One hundred years ago
THERE must be a good many people in middle life to whom the news that the Crystal Palace is in danger must come as something of a shock. It is associated with their youth, — with a time when London was naked in the matter of outdoor amusements, and, in the day- time at all events, not very much better off as regards indoor amusements; and when the Crystal Palace served as a framework into which an afternoon's pleasure was most naturally fitted. We say nothing about the high hopes, edu- cational and aesthetic, which gathered round the fabric in those early and brilliant days. They never had much foundation, and they soon fled away into that limbo which seems to await all such expectations in this country. Con- sidering the present prospects of the Albert Hall, the Crystal Palace cannot well be taunted with having failed to fulfil its original purpose. Unfortunate- ly, the fulfilment of even its later and more modest purpose is now threatened. 'All our endeavours,' said the Chairman, at the half-yearly meet- ing on Thursday week, 'have not suc- ceeded in drawing the public in suffi- cient numbers' . . . . The beginning of the decline synchronises with the open- ing of the Exhibitions at South Kensing- ton, and the Chairman is no doubt right in tracing it mainly to this cause . . . .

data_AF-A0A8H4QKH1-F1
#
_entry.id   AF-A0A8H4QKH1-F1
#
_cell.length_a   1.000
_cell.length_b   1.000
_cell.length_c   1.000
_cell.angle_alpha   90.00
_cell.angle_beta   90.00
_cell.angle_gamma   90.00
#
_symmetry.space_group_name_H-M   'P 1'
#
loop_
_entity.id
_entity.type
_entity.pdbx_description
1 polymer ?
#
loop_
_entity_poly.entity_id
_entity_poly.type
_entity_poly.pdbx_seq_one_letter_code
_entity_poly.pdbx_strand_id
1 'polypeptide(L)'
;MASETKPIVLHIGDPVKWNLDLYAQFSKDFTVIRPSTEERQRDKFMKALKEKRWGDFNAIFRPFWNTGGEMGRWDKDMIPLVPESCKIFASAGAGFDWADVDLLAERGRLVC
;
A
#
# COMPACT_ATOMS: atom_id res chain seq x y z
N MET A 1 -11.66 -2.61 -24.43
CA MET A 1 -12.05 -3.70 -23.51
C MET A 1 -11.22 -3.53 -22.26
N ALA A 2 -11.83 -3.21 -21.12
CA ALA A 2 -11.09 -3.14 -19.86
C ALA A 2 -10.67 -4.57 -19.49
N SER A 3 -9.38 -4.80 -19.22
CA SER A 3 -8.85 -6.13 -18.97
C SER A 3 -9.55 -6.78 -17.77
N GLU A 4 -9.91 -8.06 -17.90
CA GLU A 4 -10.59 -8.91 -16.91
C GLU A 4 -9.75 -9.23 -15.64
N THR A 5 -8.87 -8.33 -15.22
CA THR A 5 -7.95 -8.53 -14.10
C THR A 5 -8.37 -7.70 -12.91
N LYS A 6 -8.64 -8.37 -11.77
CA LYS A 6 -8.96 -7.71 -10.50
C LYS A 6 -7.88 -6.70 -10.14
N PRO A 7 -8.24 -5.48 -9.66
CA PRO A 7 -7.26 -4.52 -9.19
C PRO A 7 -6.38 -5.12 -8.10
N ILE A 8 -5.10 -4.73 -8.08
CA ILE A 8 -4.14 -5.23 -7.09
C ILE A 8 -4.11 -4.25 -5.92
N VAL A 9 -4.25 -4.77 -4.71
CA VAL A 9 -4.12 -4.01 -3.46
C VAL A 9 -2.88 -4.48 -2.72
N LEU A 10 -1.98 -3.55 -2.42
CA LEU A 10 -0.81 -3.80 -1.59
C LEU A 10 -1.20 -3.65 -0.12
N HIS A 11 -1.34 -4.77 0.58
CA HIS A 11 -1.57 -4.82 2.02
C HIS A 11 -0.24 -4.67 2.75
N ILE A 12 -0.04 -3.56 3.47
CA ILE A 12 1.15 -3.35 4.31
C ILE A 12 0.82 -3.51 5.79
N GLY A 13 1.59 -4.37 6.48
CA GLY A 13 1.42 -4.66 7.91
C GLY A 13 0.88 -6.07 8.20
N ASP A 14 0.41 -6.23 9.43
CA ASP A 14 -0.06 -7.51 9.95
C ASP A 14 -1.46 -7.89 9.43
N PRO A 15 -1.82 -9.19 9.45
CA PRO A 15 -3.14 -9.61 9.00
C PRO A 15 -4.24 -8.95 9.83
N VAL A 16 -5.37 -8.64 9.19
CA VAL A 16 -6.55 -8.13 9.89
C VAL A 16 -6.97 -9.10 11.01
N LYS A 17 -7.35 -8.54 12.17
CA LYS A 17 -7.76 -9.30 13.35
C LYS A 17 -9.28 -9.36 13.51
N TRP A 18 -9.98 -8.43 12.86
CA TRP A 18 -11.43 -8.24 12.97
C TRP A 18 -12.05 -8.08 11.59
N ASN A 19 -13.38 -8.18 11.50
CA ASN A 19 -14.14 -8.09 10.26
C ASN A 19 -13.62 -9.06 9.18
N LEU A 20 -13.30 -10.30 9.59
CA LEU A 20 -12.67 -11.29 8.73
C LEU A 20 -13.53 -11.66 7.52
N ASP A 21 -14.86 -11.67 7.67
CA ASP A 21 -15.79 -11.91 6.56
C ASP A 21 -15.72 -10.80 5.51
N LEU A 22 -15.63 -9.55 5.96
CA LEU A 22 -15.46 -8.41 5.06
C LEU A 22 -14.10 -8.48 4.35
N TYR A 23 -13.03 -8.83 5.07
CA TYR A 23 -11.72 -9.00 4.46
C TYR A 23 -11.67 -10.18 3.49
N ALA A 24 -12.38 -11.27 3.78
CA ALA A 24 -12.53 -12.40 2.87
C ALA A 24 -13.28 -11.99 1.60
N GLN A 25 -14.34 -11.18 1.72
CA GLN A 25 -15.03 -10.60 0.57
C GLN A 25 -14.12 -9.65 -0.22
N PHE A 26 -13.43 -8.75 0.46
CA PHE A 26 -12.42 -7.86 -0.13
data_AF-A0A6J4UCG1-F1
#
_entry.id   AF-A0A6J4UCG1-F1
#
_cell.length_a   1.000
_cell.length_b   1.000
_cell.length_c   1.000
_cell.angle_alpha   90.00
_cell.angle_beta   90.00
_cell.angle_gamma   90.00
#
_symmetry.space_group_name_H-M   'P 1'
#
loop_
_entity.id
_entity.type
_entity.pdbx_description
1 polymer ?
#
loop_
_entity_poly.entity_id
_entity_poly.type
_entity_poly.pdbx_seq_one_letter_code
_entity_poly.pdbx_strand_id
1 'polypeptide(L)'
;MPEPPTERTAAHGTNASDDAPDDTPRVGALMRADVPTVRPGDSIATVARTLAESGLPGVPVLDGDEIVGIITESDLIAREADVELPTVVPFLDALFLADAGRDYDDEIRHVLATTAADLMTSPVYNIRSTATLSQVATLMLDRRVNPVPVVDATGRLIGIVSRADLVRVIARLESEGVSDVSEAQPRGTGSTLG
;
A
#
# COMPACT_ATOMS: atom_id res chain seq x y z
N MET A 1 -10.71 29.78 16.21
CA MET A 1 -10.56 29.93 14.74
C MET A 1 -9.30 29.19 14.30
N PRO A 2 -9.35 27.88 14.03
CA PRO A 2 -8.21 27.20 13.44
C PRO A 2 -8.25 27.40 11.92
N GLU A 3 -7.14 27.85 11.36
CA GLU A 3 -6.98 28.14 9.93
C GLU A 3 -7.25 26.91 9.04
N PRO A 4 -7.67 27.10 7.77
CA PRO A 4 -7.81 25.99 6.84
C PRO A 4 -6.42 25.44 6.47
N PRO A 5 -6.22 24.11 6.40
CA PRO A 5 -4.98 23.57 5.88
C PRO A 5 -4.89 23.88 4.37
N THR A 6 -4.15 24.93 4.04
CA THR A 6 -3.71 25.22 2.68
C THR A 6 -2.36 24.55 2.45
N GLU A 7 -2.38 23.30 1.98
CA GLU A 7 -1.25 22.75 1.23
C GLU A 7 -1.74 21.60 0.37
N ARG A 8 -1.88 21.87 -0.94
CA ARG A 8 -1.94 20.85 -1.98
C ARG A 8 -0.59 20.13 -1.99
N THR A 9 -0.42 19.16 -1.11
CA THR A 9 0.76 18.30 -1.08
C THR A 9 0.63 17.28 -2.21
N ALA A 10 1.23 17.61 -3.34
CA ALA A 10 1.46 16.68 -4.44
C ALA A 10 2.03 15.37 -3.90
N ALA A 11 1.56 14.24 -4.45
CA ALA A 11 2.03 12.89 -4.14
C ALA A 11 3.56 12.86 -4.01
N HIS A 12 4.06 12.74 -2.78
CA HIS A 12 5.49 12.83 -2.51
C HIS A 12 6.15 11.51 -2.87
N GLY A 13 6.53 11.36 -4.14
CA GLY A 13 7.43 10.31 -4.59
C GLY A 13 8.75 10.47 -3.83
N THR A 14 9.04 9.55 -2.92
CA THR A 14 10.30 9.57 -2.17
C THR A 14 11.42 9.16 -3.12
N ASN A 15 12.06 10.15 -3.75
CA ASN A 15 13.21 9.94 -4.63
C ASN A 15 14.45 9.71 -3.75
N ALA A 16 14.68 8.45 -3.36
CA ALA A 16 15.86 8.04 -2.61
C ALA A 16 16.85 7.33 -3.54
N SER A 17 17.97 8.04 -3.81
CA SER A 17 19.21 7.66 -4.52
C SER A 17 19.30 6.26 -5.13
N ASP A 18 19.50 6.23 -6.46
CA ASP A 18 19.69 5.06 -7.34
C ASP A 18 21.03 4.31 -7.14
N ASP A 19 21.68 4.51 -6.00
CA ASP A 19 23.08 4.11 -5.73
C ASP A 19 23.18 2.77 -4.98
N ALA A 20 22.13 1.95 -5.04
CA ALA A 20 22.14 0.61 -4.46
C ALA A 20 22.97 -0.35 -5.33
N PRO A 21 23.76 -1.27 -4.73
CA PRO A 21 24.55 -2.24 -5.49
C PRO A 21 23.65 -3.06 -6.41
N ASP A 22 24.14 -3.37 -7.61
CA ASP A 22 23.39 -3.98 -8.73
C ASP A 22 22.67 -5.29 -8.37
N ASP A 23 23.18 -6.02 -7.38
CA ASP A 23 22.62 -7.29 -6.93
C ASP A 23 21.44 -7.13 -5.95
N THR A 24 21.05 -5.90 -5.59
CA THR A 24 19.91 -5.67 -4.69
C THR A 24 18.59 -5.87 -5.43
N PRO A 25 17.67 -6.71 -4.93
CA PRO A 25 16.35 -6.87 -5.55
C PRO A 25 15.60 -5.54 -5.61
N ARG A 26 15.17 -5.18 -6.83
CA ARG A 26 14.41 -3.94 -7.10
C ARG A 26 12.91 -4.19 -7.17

Few people care to go ten miles for their dinner — still less to travel ten miles after their dinner — when they have food and music and lighted gardens close to their own homes. The Spectator, 19 February 1887